Electric Vehicles – A Dream Turning Real?

Electric vehicles are stimulating our fantasy. Are they the magic solution helping us reducing our dependency from oil and paving the way for a greener mobility?  Or is it just wishful thinking making us believe that all road transport one day may be switched to electricity whereas, in fact, we do not even have sufficient production capacities to power an entire fleet of electric vehicles?

Phillip Muller has performed some interesting research on that issue. Have a look at his arguments here.

Electromobility – How Much Extra Capacity Do We Need?

There are plans to electrify the transport system. Electric cars will, according to some futuristic scenarios, soon populate our roads. Car makers are quickly developing the needed technology which so far has not left its infancy stage. Nevertheless, there is room for improvements and technological progress. Perhaps we will see a significant number of electric autos on the road withing a decade or two. Germany wants to have have 1 million electric cars by 2020.

Let us imagine a world where all fossil-fuel driven cars have been replaced by electrical ones. In addition, we may suppose that people have not changed their driving habits, i.e. the number of km driven per car is not lower than it was during the gasoline and diesel era. Thus, the energy needed for transport purposes is more or less the same for electrical or conventional cars.

From this we may estimate of how much extra capacity we need in order to generate the electricity that is supposed to power the vehicle fleet. Given the current structure of the energy grid it is pretty obvious that the existing generation capactiy for electricity will not be sufficient to supply the required energy for an entirely electrified auto world.

Let´s look at the European figures first. In 2007, road traffic accounted for a final energy consumption of 309 Mtoe. This is equivalent to 3600 TWh. Taking into account efficiency gains, since electric engines are more efficient than combustion engines, we may estimate the final consumption in the electric world to 1800 TWh. This corresponds to 63% of total EU final electricity consumption in 2007. Thus, production capacity must be upgraded accordingly if we want to have electric cars only on the road. But how much extra capacity is needed?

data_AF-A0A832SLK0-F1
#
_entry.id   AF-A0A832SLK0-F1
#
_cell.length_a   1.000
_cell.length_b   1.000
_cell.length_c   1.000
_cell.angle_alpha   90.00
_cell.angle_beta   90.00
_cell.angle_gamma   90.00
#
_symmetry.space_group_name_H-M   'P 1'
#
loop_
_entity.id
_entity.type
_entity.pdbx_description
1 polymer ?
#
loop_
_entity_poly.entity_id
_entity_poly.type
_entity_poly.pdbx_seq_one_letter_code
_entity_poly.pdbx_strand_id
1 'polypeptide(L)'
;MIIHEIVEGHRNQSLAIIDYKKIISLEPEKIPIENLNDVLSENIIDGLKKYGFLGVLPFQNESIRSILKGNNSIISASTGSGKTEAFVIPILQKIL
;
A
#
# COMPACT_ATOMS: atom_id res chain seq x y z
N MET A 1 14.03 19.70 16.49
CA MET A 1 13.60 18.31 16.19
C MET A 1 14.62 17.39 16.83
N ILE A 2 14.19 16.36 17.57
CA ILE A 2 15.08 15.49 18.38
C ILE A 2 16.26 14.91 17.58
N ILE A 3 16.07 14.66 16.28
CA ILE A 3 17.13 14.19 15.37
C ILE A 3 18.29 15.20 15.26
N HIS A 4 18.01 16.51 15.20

A top-performing nuclear power plant may produce some 10 TWh per year. From this we may conclude that about 180 extra nuclear plants may fill the energy gap. It goes without saying that this is not a very likely scenario, given that countries like Germany and Belgium are planning to abandon nuclear altogether. For other countries like Austria, nuclear is not an option in the first place. There may be plans to build new capacities in some European countries, like in Finland. However, nowhere do we get near the requested capacity. Likewise coal-fired power plants are not an option due to their greenhouse gas emissions.

So what about renewable energies? Let us take the Desertec initiative as a reference point. It is a gigantic proposal supposed to transmit in 2020 some 60 TWh of electrical energy from the north African desert to Europe. This amount of energy, however, is about a factor 60 short of what is needed (1800 TWh). Even the anticipated transmission volume of 700 TWh in 2050 falls short of the electricity needs for full electromobility.  Thus the challenge is much bigger than we may think of in our most optimistic dreams. Even a full-scalce Desertec facility will not be able to provide sufficient energy for an electrified transport scheme.

Traffic requires even more energy resources in the US. According to the US Energy Information Administration (EIA) in 2007 about 27 763 Trillion Btu were used for transport purposes only. Correcting for non-road traffic (mainly air transport, water transport and rail) about 20 000 trillion Btu went into vehicle transport. Translating this into electrical units and accounting for efficiency gains as above leaves us with some 2900 TWh which would be needed in order to put the entire US vehicle park on an electrical basis.